All workers should have a written employment contract that contains an accurate and complete summary of the terms of employment, including wages, benefits and working conditions. This also counts for foreign, migrant or home workers, who in any case are not to be treated less favourably. If a worker is illiterate, the working conditions should be explained to the worker prior to signing the contract. No workers are to be asked to sign blank papers of any kind. Labour contracts should extend to subcontracted workers. In countries where the law permits apprenticeship programmes, apprentices working on the basis of an apprenticeship contract are acceptable, but whether or not apprentices actually perform an apprentice function must be monitored continuosly.
A labour contract protects both the employer and worker from misunderstandings. It protects the worker from being exploited and the employer from being accountable for incidents beyond the employer’s responsibility.
Home worker is defined as a person who is contracted by a company or by a supplier, sub-supplier or subcontractor, but does not work in the factory or in the factory area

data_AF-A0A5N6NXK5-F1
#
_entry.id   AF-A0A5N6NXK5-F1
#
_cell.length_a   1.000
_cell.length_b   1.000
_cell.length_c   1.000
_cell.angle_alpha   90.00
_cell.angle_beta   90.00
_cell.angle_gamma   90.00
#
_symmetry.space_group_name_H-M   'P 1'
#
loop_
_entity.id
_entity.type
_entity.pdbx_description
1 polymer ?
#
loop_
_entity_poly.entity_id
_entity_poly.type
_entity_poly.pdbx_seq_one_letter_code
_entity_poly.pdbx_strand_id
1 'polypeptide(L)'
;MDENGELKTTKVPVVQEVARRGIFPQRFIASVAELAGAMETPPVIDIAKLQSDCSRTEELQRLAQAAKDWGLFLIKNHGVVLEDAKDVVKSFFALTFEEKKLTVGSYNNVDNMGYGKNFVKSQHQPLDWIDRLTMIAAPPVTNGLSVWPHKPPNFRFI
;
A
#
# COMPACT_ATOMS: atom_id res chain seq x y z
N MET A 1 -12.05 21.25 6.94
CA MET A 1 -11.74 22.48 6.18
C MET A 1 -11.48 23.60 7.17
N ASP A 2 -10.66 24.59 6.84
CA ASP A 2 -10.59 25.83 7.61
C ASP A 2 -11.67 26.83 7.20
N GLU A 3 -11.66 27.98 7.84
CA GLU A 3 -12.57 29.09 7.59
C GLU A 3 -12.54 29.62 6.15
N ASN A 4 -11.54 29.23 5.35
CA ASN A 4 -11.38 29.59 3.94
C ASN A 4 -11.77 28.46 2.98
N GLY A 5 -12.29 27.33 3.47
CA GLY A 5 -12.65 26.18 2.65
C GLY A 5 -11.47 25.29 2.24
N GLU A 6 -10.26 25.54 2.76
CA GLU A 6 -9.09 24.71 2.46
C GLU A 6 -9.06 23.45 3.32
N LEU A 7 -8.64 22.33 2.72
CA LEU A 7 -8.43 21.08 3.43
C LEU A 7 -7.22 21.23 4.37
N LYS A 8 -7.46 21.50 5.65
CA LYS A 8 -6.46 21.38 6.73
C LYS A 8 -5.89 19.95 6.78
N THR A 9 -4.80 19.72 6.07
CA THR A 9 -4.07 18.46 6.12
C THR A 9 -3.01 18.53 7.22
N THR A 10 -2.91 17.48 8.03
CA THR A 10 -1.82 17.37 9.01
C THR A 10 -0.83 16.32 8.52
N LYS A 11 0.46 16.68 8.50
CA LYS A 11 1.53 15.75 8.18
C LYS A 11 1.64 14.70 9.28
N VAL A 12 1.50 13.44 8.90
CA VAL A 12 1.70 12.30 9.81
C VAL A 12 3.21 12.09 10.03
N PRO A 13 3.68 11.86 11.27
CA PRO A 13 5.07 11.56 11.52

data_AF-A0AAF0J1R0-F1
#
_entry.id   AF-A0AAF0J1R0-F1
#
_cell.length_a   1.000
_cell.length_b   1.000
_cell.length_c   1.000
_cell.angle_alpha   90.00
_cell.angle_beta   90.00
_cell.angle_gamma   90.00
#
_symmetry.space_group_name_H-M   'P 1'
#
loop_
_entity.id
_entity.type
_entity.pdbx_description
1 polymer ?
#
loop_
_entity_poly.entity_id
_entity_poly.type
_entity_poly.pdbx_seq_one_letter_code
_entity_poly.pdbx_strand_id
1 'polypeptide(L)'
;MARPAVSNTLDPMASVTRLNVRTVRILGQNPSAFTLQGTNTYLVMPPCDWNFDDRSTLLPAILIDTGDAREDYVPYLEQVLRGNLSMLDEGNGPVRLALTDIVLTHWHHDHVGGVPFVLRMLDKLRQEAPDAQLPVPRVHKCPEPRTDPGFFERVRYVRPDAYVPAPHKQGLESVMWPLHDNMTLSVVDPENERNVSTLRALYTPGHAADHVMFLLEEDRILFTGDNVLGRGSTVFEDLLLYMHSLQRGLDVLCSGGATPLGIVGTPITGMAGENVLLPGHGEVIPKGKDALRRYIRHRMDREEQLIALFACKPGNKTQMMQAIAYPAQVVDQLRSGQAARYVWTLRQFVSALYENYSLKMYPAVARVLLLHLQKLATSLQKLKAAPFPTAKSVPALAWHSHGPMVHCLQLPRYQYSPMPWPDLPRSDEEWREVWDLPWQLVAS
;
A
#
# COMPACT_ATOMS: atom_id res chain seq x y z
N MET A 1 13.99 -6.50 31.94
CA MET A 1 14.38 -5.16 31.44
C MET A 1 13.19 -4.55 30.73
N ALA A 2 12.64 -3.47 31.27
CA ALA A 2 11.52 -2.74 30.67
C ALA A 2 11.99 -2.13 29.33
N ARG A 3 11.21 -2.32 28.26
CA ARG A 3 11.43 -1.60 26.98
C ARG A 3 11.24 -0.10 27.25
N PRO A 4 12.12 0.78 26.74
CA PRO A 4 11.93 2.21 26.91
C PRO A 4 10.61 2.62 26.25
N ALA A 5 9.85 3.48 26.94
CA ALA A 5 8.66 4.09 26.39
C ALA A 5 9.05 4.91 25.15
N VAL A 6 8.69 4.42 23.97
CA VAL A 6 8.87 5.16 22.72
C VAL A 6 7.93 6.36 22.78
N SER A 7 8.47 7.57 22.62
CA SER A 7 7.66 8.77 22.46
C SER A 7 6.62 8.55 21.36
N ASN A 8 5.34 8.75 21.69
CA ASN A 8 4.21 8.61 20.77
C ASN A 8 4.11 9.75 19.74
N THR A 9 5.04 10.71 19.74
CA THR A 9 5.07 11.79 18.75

If workers do not directly work for the employer but for the foreman it can lead to poor working conditions such as low pay, excessive and compulsory overtime, poor health and safety in work and living environments etc.
- Employment contracts state the responsibilities of both parties and contain work assignments, salary agreements (both regular and overtime allowances) and special benefits as well as include a copy of the worker’s identity card (photo and age)
- The employment contract is signed by both employer and worker—often required by national law
- The worker has a copy of the contract in a language that he or she understands
- The employment contracts of migrant, temporary or home workers are equivalent to the standard of the contracts of permanent workers
- Keep all paperwork for dismissed workers for at least two years (contracts, any disciplinary action taken etc.)
- Work proactively to outline, define and work collaboratively on addressing the important and growing issue of contract/sub-contracted labour within key sourcing markets
- Apprentices are subject to the same statutes and enjoy the same protection and benefits as normal workers, e.g. reasonable working hours, opportunities for advancement, increased payment and more permanent employment